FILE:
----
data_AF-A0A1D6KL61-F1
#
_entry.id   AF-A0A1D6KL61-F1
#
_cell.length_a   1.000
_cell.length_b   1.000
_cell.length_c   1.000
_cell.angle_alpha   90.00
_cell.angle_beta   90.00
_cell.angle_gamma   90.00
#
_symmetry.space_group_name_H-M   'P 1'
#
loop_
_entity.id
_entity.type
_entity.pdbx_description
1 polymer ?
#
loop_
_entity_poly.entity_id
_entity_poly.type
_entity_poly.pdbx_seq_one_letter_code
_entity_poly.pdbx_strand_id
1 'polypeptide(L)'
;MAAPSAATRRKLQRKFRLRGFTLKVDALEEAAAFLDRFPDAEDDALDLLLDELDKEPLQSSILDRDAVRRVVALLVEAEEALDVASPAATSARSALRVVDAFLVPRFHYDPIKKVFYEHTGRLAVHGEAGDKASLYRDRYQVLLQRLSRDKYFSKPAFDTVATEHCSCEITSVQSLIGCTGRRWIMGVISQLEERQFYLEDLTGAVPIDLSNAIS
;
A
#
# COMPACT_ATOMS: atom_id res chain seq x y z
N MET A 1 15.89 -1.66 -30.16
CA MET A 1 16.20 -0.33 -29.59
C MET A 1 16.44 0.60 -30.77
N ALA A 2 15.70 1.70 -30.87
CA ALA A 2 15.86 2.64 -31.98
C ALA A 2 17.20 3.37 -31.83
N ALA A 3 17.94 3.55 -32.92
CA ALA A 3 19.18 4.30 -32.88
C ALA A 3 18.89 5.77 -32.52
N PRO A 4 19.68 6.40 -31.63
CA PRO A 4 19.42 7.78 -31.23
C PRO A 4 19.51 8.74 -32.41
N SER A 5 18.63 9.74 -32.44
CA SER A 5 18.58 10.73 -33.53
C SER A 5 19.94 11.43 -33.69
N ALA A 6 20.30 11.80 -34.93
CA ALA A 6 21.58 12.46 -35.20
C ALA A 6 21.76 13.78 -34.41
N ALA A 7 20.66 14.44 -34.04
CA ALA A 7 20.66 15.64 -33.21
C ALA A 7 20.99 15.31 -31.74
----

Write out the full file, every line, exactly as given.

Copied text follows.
data_AF-A0A1D6KL61-F1
#
_entry.id   AF-A0A1D6KL61-F1
#
_cell.length_a   1.000
_cell.length_b   1.000
_cell.length_c   1.000
_cell.angle_alpha   90.00
_cell.angle_beta   90.00
_cell.angle_gamma   90.00
#
_symmetry.space_group_name_H-M   'P 1'
#
loop_
_entity.id
_entity.type
_entity.pdbx_description
1 polymer ?
#
loop_
_entity_poly.entity_id
_entity_poly.type
_entity_poly.pdbx_seq_one_letter_code
_entity_poly.pdbx_strand_id
1 'polypeptide(L)'
;MAAPSAATRRKLQRKFRLRGFTLKVDALEEAAAFLDRFPDAEDDALDLLLDELDKEPLQSSILDRDAVRRVVALLVEAEEALDVASPAATSARSALRVVDAFLVPRFHYDPIKKVFYEHTGRLAVHGEAGDKASLYRDRYQVLLQRLSRDKYFSKPAFDTVATEHCSCEITSVQSLIGCTGRRWIMGVISQLEERQFYLEDLTGAVPIDLSNAIS
;
A
#
# COMPACT_ATOMS: atom_id res chain seq x y z
N MET A 1 15.89 -1.66 -30.16
CA MET A 1 16.20 -0.33 -29.59
C MET A 1 16.44 0.60 -30.77
N ALA A 2 15.70 1.70 -30.87
CA ALA A 2 15.86 2.64 -31.98
C ALA A 2 17.20 3.37 -31.83
N ALA A 3 17.94 3.55 -32.92
CA ALA A 3 19.18 4.30 -32.88
C ALA A 3 18.89 5.77 -32.52
N PRO A 4 19.68 6.40 -31.63
CA PRO A 4 19.42 7.78 -31.23
C PRO A 4 19.51 8.74 -32.41
N SER A 5 18.63 9.74 -32.44
CA SER A 5 18.58 10.73 -33.53
C SER A 5 19.94 11.43 -33.69
N ALA A 6 20.30 11.80 -34.93
CA ALA A 6 21.58 12.46 -35.20
C ALA A 6 21.76 13.78 -34.41
N ALA A 7 20.66 14.44 -34.04
CA ALA A 7 20.66 15.64 -33.21
C ALA A 7 20.99 15.31 -31.74